Again, a fairly transparent color from the tube, so even after 2 coats of paint on the left, the wet paint on the right is still darker because it is covering more of the canvas. Our pattern seems to be pretty consistent! No wonder my sky always looks too dark!!

Lastly, a Purple made from Ultramarine Blue and Napthol Red Light

Again - what a great dark, right? It almost looks brown. And yet add a little white and it's a beautiful color! And again, the lighter - more white added - the more visible the light dark shift is.

So, this was a great experiment for me! I say all the time in my classes "Remember,  acrylic paints dry darker!"  And now I can show you just how much!

  • So the pure tube colors don't shift much. In fact the transparent ones may look lighter - just because there is more of the canvas showing through and a double layer of the same paint will cover more.
  • The more Titanium white you add, the greater the value shift from wet to dry!
  • When you mix those very light colors, like for sky and highlight, don't be afraid to go very very light! What looks almost white wet will dry obviously darker!
Good to know! Hope this helps you visualize this shift better...

10 comments:

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  3. As always, thanks for sharing your experiments with us! -KC

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    1. You are welcome KC :) It's fun to experiment

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  6. Karen, Whilst looking at some Acrylic paints I saw in jars, not tubes, manufactured here in the UK by Pip Seymour, www.pipseymour.co.uk, I thought Id have a further look into his paints and found some interesting information. In order to create consistent textures, light-fastness and drying times the medium added to the pigments may change for each color. This happens in all paints. I tried to find out more and came across a book. The Painters Handbook" by Mark Gottsegen. Maybe of some use in understanding how paints change color when drying. It may be of use anyway it seem full of info on the technical aspects of painting. "Mark Gottsegen is the chairman of this government committee to set standards for the performance, quality, and health labelling of artist's paints and related materials - on light fastness and the general longevity of art materials are provided" Have a look on Amazon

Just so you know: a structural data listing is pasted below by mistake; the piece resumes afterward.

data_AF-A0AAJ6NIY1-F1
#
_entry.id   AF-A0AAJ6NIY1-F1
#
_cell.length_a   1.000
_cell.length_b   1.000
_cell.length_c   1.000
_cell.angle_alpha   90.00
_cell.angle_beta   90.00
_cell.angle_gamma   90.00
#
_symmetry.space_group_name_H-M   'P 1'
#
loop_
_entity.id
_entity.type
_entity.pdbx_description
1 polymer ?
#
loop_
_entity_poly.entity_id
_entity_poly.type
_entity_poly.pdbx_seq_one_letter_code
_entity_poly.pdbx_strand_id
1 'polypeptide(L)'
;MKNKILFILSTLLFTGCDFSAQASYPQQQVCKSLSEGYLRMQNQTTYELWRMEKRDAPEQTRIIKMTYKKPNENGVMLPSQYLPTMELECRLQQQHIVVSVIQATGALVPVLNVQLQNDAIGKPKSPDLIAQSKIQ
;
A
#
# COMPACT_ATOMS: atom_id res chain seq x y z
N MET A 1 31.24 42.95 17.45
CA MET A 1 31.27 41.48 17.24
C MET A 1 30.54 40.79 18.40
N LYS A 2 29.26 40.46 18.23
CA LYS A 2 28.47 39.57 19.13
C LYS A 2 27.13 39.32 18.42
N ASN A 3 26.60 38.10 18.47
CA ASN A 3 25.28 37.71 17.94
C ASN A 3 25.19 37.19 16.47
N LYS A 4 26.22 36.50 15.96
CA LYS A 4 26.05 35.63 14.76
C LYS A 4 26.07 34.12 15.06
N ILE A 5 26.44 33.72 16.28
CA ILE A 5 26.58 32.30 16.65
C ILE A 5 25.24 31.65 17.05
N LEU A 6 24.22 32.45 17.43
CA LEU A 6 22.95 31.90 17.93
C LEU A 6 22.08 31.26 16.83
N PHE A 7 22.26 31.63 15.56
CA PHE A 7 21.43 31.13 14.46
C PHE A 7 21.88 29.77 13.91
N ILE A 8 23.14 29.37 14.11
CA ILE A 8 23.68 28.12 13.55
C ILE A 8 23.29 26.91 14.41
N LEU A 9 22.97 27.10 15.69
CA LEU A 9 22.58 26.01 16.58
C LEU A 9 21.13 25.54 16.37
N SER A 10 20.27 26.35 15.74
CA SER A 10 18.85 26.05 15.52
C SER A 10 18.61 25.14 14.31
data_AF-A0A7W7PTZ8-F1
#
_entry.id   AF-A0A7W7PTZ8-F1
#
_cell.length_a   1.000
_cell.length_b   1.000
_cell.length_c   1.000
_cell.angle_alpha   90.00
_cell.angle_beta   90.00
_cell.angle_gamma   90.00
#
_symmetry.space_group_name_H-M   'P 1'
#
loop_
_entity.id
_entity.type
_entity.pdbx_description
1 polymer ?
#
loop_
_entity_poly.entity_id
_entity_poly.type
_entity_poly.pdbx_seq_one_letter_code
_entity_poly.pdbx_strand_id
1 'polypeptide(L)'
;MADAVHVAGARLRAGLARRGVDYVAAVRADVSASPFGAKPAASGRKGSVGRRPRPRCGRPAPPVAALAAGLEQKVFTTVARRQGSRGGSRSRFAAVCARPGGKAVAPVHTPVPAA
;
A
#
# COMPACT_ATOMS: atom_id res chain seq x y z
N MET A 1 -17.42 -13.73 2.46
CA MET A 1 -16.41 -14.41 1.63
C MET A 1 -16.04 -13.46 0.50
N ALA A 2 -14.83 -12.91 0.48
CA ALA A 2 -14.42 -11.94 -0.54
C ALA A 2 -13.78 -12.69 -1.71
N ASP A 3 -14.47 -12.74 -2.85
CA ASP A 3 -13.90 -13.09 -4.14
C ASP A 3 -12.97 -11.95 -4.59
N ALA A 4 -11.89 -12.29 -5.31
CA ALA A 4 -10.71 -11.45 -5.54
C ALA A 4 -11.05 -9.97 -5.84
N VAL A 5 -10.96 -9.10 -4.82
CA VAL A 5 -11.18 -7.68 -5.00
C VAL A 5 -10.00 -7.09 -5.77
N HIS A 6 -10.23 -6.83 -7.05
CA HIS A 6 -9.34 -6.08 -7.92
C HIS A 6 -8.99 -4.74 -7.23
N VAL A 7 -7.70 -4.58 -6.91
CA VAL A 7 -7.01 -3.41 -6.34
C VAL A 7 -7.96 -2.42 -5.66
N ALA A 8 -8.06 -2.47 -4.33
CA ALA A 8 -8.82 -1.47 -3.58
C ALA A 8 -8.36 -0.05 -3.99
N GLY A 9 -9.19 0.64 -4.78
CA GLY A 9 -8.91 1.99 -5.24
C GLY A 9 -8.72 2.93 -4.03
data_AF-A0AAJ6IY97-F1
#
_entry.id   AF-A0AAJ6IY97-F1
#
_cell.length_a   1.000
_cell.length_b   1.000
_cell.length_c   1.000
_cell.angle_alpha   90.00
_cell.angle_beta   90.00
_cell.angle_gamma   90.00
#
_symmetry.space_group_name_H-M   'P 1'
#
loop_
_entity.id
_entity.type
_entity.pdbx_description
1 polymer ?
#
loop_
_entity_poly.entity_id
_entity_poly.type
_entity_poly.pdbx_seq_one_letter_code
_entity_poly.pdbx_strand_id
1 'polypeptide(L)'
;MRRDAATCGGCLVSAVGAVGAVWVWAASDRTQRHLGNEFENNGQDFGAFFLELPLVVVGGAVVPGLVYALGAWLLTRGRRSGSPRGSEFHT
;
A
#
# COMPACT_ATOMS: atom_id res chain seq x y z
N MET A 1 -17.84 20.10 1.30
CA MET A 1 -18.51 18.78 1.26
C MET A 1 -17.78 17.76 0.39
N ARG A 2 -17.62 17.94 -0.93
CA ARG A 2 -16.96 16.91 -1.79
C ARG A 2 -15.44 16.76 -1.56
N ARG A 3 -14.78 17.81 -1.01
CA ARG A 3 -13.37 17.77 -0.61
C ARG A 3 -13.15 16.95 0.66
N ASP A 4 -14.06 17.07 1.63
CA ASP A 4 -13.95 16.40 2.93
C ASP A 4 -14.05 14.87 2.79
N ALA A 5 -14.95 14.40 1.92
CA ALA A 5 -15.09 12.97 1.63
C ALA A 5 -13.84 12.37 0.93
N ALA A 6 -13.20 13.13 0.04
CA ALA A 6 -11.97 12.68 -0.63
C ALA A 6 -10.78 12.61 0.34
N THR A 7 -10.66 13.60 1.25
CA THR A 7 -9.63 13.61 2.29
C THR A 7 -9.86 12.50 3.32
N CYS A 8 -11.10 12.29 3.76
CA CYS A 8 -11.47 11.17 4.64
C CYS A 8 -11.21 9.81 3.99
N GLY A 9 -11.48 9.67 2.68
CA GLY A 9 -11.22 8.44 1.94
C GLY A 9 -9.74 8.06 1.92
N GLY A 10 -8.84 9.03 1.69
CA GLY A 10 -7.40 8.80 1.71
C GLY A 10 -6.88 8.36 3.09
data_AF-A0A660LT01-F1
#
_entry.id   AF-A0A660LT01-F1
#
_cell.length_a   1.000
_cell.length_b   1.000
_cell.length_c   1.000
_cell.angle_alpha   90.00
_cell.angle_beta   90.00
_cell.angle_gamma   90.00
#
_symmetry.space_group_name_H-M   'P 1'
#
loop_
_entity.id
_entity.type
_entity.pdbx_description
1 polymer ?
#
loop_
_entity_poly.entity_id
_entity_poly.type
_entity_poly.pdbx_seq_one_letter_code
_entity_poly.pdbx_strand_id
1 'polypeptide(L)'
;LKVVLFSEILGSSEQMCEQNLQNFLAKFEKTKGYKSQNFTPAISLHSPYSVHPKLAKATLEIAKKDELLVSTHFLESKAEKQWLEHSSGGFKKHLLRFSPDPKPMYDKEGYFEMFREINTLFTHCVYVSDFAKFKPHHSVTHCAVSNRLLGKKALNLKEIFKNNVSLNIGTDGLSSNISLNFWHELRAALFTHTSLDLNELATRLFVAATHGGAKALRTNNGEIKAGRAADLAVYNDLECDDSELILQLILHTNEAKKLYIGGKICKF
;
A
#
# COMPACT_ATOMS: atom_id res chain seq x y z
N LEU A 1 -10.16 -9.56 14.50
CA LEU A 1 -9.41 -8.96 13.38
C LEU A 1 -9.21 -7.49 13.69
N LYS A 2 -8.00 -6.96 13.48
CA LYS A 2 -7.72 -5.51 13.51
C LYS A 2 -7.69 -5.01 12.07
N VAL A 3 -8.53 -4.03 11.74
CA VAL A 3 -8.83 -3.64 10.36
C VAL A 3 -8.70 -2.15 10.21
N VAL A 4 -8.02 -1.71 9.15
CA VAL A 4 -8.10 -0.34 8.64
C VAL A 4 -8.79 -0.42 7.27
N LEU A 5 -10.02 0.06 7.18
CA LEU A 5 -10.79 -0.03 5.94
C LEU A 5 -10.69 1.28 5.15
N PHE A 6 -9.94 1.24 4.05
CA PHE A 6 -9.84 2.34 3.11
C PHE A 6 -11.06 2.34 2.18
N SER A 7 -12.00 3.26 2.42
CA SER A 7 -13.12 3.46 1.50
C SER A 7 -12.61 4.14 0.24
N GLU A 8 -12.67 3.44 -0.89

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    1. Interesting John. Knowledge is a good thing! And then there is just the practical aspect of how the specific colors on your palette work. I find myself glazing over when I get a lot of technical information, haha. I think I have seen that book actually, I'll have to go check my bookshelf. Thanks for letting me know!

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  7. Great articles and great layout. Your blog post deserves all of the positive feedback it’s been getting.
    Wall Lights

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  8. Thanks Karen. I watched a DVD by Nancy Reyner on color mixing and she pointed out the difference between mineral and modern colors when adding white. Going from the masstone to a slightly tinted color makes a bigger difference in the modern colors (i.e., the ones with the difficult names like Naphtol red) than the older mineral colors (like Ultramarine). A little white really makes the modern colors pop. This might explain the large change in your purple mix, as the big shift from adding white may be due to the modern red you are using.